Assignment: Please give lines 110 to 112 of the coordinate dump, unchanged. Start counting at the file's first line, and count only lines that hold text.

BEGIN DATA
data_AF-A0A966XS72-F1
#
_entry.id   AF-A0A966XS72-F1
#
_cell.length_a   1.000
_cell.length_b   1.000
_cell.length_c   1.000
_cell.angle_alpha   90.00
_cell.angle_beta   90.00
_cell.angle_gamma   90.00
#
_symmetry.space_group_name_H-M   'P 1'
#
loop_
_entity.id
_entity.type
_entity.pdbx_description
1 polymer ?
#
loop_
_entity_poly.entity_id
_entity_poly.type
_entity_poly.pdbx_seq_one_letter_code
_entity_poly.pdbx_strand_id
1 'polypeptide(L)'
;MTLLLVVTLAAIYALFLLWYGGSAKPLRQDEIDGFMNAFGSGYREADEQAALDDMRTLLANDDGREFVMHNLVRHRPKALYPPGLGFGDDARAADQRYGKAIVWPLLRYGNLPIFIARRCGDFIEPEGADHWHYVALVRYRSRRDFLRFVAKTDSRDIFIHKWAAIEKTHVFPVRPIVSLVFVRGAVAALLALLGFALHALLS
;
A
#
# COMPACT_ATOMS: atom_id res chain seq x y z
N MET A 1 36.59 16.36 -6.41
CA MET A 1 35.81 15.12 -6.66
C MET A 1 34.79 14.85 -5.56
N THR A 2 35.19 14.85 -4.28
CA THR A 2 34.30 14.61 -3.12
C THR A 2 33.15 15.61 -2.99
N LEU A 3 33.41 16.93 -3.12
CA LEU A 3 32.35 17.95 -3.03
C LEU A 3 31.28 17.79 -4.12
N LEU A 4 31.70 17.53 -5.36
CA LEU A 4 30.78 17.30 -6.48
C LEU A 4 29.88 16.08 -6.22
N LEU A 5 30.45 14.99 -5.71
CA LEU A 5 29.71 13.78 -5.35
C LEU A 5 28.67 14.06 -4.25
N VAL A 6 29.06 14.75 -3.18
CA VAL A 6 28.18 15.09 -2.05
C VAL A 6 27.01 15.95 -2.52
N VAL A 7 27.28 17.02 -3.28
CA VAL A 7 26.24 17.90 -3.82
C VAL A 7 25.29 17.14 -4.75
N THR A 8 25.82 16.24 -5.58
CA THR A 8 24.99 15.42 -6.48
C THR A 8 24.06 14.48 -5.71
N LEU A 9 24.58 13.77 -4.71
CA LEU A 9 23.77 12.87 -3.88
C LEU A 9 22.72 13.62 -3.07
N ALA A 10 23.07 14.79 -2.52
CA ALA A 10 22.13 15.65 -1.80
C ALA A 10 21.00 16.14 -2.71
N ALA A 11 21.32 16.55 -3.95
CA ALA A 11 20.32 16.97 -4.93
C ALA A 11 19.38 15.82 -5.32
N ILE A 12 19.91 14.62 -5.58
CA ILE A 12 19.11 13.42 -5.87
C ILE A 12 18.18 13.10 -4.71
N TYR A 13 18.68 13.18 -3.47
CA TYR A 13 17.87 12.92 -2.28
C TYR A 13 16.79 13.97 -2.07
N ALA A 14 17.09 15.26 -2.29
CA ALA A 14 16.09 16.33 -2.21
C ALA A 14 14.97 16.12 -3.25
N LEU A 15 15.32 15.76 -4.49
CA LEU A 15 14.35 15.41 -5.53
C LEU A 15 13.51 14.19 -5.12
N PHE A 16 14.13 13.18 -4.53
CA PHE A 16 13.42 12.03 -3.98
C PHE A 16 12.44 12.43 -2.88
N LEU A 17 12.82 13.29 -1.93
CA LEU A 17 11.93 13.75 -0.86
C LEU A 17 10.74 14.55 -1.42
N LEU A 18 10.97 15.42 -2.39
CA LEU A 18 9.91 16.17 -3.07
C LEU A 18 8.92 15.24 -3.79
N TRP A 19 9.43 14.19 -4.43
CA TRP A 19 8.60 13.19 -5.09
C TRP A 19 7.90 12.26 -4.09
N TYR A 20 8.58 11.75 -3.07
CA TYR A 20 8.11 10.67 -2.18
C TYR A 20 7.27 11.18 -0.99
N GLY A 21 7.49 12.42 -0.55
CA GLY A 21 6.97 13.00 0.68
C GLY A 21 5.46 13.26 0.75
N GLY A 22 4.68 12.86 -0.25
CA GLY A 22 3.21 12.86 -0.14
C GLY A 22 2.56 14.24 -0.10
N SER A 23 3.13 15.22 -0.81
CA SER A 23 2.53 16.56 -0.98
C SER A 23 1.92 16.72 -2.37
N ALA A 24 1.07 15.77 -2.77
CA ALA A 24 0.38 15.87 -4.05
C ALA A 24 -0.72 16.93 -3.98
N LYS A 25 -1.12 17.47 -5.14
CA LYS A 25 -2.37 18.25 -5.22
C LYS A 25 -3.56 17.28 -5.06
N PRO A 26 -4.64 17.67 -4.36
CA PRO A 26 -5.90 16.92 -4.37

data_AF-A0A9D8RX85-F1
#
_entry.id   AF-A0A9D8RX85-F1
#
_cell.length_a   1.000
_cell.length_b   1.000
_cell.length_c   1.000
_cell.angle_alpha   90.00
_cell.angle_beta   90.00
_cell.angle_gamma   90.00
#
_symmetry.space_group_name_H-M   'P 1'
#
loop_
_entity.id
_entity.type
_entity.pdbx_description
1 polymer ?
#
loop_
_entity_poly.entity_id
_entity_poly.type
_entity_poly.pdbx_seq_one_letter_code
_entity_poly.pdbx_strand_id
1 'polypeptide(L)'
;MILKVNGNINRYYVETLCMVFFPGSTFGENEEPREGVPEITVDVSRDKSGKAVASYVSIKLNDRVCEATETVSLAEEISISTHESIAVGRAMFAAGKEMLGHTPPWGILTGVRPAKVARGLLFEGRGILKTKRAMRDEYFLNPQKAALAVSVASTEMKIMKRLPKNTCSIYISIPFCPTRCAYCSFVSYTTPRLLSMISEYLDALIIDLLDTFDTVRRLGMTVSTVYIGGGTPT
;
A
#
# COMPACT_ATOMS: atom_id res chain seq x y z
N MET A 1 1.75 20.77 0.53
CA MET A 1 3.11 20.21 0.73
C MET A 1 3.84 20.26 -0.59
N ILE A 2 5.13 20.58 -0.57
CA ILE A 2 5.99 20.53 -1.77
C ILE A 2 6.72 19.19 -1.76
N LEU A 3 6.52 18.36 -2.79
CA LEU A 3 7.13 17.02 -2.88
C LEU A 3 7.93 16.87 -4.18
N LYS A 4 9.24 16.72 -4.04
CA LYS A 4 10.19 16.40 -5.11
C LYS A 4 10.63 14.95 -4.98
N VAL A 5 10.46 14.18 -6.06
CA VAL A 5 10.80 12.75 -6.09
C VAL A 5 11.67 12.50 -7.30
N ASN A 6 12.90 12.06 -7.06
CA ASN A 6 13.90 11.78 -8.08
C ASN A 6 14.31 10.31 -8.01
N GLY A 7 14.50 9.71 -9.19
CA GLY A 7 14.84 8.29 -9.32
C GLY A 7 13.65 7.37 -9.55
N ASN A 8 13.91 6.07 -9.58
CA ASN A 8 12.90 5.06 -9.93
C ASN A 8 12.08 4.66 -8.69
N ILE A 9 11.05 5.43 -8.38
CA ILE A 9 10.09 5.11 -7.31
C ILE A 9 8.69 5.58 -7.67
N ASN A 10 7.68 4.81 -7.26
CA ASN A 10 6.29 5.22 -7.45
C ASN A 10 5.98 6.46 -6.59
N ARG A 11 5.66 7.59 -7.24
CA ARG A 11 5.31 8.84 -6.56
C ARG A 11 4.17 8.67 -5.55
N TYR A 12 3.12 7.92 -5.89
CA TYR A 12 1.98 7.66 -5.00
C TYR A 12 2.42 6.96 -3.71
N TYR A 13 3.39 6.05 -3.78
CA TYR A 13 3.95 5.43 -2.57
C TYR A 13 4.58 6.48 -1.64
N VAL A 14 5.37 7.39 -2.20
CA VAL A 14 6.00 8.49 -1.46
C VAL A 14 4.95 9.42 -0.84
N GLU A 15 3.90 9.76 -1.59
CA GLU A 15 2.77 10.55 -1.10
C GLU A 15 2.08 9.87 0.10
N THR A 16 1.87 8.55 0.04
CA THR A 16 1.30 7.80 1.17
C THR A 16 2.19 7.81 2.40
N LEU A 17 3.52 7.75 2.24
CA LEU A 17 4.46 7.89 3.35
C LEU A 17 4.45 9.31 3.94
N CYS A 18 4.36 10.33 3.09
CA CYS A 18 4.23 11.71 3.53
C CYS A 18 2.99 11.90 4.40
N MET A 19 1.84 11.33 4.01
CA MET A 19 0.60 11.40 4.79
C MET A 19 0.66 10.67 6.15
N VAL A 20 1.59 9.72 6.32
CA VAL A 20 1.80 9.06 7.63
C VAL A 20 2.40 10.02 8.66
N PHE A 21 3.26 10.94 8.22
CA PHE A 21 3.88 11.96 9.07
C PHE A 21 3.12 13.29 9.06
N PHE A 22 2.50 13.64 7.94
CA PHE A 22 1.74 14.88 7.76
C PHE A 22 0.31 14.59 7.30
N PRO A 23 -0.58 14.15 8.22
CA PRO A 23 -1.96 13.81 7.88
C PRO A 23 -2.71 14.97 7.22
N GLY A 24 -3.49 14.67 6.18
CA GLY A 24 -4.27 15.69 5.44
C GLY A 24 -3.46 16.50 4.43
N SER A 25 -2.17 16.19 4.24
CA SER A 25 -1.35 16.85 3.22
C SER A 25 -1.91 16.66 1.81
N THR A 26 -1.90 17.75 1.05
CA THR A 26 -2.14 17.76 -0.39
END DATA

_entry.id   AF-A0A9D8RX85-F1
#
_cell.length_a   1.000